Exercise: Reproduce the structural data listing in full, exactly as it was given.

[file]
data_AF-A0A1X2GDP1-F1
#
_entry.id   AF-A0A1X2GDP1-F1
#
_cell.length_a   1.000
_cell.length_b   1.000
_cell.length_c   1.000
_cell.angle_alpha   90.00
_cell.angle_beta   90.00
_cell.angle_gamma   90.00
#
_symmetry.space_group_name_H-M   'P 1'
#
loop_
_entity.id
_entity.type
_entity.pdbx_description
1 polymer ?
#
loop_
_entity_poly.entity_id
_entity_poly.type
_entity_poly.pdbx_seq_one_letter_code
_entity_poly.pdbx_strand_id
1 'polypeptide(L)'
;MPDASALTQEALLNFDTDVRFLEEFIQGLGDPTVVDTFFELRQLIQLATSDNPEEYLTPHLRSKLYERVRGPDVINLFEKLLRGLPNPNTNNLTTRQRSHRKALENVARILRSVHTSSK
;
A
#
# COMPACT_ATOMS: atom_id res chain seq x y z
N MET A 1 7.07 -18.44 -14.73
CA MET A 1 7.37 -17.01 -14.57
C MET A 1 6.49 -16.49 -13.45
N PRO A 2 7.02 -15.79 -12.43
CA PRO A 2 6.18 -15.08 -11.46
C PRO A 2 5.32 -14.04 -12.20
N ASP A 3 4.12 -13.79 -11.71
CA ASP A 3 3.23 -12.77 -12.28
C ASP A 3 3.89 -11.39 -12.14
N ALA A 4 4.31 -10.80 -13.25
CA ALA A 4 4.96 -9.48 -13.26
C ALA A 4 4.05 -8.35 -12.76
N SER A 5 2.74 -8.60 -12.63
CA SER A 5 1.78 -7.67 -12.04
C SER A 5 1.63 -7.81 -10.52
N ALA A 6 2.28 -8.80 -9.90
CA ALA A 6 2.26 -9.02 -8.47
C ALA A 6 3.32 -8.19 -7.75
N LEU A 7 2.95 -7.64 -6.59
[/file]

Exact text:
data_AF-A0A1X2GDP1-F1
#
_entry.id   AF-A0A1X2GDP1-F1
#
_cell.length_a   1.000
_cell.length_b   1.000
_cell.length_c   1.000
_cell.angle_alpha   90.00
_cell.angle_beta   90.00
_cell.angle_gamma   90.00
#
_symmetry.space_group_name_H-M   'P 1'
#
loop_
_entity.id
_entity.type
_entity.pdbx_description
1 polymer ?
#
loop_
_entity_poly.entity_id
_entity_poly.type
_entity_poly.pdbx_seq_one_letter_code
_entity_poly.pdbx_strand_id
1 'polypeptide(L)'
;MPDASALTQEALLNFDTDVRFLEEFIQGLGDPTVVDTFFELRQLIQLATSDNPEEYLTPHLRSKLYERVRGPDVINLFEKLLRGLPNPNTNNLTTRQRSHRKALENVARILRSVHTSSK
;
A
#
# COMPACT_ATOMS: atom_id res chain seq x y z
N MET A 1 7.07 -18.44 -14.73
CA MET A 1 7.37 -17.01 -14.57
C MET A 1 6.49 -16.49 -13.45
N PRO A 2 7.02 -15.79 -12.43
CA PRO A 2 6.18 -15.08 -11.46
C PRO A 2 5.32 -14.04 -12.20
N ASP A 3 4.12 -13.79 -11.71
CA ASP A 3 3.23 -12.77 -12.28
C ASP A 3 3.89 -11.39 -12.14
N ALA A 4 4.31 -10.80 -13.25
CA ALA A 4 4.96 -9.48 -13.26
C ALA A 4 4.05 -8.35 -12.76
N SER A 5 2.74 -8.60 -12.63
CA SER A 5 1.78 -7.67 -12.04
C SER A 5 1.63 -7.81 -10.52
N ALA A 6 2.28 -8.80 -9.90
CA ALA A 6 2.26 -9.02 -8.47
C ALA A 6 3.32 -8.19 -7.75
N LEU A 7 2.95 -7.64 -6.59